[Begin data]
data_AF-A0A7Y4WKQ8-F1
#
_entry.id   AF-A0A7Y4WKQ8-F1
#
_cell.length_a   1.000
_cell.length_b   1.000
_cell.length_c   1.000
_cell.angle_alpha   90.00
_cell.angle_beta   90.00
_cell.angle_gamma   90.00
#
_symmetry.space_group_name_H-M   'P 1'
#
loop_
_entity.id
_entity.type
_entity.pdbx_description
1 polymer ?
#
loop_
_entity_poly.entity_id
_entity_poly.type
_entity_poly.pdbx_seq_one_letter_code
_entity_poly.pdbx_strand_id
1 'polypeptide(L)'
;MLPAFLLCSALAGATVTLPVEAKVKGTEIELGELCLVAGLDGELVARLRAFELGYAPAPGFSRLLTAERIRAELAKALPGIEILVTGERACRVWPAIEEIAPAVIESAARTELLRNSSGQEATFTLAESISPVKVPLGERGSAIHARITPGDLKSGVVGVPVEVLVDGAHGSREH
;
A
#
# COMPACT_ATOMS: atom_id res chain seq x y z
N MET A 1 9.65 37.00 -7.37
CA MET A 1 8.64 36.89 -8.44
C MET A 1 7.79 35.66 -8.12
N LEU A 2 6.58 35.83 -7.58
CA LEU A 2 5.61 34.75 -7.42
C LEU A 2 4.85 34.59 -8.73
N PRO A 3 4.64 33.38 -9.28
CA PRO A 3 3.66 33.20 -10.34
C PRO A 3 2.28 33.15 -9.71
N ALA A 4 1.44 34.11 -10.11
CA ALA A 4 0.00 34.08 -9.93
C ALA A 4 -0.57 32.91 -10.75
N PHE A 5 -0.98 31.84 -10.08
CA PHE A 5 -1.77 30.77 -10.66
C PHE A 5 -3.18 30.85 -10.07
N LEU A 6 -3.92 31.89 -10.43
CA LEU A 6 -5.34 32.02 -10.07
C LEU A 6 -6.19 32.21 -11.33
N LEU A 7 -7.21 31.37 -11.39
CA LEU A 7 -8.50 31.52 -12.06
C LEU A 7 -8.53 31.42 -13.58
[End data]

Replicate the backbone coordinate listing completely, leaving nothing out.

data_AF-A0A7Y4WKQ8-F1
#
_entry.id   AF-A0A7Y4WKQ8-F1
#
_cell.length_a   1.000
_cell.length_b   1.000
_cell.length_c   1.000
_cell.angle_alpha   90.00
_cell.angle_beta   90.00
_cell.angle_gamma   90.00
#
_symmetry.space_group_name_H-M   'P 1'
#
loop_
_entity.id
_entity.type
_entity.pdbx_description
1 polymer ?
#
loop_
_entity_poly.entity_id
_entity_poly.type
_entity_poly.pdbx_seq_one_letter_code
_entity_poly.pdbx_strand_id
1 'polypeptide(L)'
;MLPAFLLCSALAGATVTLPVEAKVKGTEIELGELCLVAGLDGELVARLRAFELGYAPAPGFSRLLTAERIRAELAKALPGIEILVTGERACRVWPAIEEIAPAVIESAARTELLRNSSGQEATFTLAESISPVKVPLGERGSAIHARITPGDLKSGVVGVPVEVLVDGAHGSREH
;
A
#
# COMPACT_ATOMS: atom_id res chain seq x y z
N MET A 1 9.65 37.00 -7.37
CA MET A 1 8.64 36.89 -8.44
C MET A 1 7.79 35.66 -8.12
N LEU A 2 6.58 35.83 -7.58
CA LEU A 2 5.61 34.75 -7.42
C LEU A 2 4.85 34.59 -8.73
N PRO A 3 4.64 33.38 -9.28
CA PRO A 3 3.66 33.20 -10.34
C PRO A 3 2.28 33.15 -9.71
N ALA A 4 1.44 34.11 -10.11
CA ALA A 4 0.00 34.08 -9.93
C ALA A 4 -0.57 32.91 -10.75
N PHE A 5 -0.98 31.84 -10.08
CA PHE A 5 -1.77 30.77 -10.66
C PHE A 5 -3.18 30.85 -10.07
N LEU A 6 -3.92 31.89 -10.43
CA LEU A 6 -5.34 32.02 -10.07
C LEU A 6 -6.19 32.21 -11.33
N LEU A 7 -7.21 31.37 -11.39
CA LEU A 7 -8.50 31.52 -12.06
C LEU A 7 -8.53 31.42 -13.58